I have a problem with filling a form dynamically.
I have a form to which I add labels and textboxes.

They are dimensioned globally as
Label[] newlbls = new Label[30];
TextBox[] newtxts = new TextBox[30];

The first time I add controls there are four labels required. Everything works fine, after I add the controls to the form. But then I dispose of all the controls and run it a second time with only three labels, the problem is the form continues to see the label array as having four labels, and as I only create three new labels. It throws an object disposed exception.

The problem seems to be in the first run there are 4 labels in the second run there are only 3, so the fourth one throws an exception.

I have tried setting array to null. Fails because then can't create new label.
I've tried disposing of label also doesn't work.
I've tried setting each element to null, also doesn't work.
I realize if I dimensioned the label array in a method, it might fix it, but then I can't access label outside the method.

Anybody please?

Do you remove the labels from the control collection before you dispose of them? The behavior you are experiencing leads me to believe that the controls are still referenced somewhere.

I'm not sure how to remove them, as they are only added using add controls.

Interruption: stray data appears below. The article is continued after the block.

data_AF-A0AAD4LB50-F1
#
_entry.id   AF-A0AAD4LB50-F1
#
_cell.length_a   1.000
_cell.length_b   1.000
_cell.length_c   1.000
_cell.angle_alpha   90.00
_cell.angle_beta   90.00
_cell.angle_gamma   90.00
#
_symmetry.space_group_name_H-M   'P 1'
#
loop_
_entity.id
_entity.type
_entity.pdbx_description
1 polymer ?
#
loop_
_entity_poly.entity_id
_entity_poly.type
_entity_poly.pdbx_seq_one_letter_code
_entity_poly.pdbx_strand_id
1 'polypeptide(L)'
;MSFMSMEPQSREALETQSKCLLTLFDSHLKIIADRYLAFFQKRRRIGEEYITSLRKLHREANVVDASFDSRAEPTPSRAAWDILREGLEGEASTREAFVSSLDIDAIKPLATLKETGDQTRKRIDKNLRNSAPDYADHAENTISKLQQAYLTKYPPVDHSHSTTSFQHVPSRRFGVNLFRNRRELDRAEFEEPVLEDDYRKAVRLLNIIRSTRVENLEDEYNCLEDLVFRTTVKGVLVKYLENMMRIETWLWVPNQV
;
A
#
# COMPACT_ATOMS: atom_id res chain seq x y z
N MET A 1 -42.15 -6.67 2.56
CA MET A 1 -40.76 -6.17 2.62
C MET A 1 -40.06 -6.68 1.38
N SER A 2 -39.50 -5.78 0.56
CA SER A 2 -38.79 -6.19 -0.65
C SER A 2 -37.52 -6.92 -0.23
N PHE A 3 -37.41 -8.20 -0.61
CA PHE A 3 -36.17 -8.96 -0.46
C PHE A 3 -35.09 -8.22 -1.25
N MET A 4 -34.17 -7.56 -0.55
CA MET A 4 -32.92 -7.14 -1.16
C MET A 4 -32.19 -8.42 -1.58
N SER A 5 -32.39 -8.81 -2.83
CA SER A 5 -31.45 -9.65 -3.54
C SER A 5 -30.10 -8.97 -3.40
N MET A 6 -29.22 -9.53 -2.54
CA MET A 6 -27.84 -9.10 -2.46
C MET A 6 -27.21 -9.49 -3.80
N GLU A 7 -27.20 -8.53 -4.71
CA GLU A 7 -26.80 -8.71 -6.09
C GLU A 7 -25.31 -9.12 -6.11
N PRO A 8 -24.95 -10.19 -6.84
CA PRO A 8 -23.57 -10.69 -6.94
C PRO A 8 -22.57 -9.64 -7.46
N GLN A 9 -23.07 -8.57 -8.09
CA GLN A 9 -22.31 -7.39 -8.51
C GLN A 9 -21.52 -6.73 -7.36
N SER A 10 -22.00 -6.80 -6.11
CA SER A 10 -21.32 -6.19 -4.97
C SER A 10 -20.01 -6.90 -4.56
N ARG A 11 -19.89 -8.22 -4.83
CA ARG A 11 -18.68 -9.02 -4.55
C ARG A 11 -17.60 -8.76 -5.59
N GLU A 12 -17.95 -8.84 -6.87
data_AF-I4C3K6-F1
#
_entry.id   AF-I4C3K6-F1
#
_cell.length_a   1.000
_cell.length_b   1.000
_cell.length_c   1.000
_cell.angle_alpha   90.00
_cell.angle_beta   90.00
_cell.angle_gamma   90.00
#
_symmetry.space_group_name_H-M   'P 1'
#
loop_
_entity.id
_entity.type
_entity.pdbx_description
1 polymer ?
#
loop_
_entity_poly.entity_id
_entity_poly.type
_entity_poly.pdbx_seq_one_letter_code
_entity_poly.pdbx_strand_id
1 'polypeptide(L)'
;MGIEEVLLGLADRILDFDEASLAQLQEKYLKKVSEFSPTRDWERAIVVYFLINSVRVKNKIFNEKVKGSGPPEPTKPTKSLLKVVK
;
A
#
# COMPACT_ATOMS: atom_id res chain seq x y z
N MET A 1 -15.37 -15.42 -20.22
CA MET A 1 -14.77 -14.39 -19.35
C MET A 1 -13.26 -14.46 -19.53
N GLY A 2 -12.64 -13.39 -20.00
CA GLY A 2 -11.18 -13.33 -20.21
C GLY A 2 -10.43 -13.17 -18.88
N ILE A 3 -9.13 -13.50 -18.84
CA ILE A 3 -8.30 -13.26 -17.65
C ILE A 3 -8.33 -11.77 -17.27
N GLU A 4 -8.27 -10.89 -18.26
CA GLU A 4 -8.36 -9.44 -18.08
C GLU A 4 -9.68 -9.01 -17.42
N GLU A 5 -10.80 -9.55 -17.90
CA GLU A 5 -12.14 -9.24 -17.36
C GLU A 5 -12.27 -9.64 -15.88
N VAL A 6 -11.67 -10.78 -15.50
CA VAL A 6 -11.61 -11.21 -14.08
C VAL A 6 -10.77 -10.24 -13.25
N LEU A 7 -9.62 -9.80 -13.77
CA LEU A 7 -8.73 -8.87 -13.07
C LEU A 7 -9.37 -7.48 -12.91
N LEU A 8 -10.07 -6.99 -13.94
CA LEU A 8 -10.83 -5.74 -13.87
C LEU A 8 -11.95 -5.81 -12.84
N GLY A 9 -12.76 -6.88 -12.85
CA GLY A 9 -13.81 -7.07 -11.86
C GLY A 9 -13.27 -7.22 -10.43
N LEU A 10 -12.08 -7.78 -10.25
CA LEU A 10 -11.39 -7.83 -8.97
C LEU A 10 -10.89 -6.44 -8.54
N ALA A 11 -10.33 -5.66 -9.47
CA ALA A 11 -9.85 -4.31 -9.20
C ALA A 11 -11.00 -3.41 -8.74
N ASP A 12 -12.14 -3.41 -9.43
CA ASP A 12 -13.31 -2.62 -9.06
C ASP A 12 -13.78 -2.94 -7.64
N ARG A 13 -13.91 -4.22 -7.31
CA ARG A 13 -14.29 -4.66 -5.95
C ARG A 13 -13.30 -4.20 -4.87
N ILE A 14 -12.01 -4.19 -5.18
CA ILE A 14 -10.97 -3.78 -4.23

I thought disposing would remove them.

The Forms ControlCollection has a Remove method. If you need the controls later just call the Add method again.
Perhaps you can do something with the Visible property of the Label and TextBox controls?

I'm not sure how to remove them, as they are only added using add controls.
I thought disposing would remove them.

This is a common misconception. Disposing of an object (calling the Dispose method) just gets rid of the unmanaged resources used by the object. This also places the object in an unusable state so any calls to the methods of the object should result in an exception.

Objects don't know what references them, so there is no way for them to force other objects to stop referencing them. You have to do that. This includes standard references (like the control collection), events, timers, etc.

Look at this code, it creates and erases (if exist) all labels:

Label[] label;
        int counter = 1;
        private void button1_Click(object sender, EventArgs e)
            //checing if labels already arecreatred:
            if (label != null)
            //next: creating new labels:
            int x = 20;
            int y = 20;
            label = new Label[5];
            for (int i = 0; i < label.Length; i++)
                label[i] = new Label();
                label[i].Location = new Point(x, y);
                label[i].Text = "My label number " + ((i + 1) * counter).ToString();

                //setting new location for the next label:
                y = y + 25;

            //to check that new labels are created:

        private void ClearingLabels()
            for (int i = 0; i < label.Length; i++)
                label[i].Text = "";
            label = null;

Thanks very much to all who responded.
Your answers were of great help to me. I never realised I could remove controls, as well as add. Of course looking at it now it seems obvious, but it wasn't obvious to me before.

Thanks again

hehe, this is not your last time to be surprised regarding programmning, you can be sure about that. There is still much to come... gl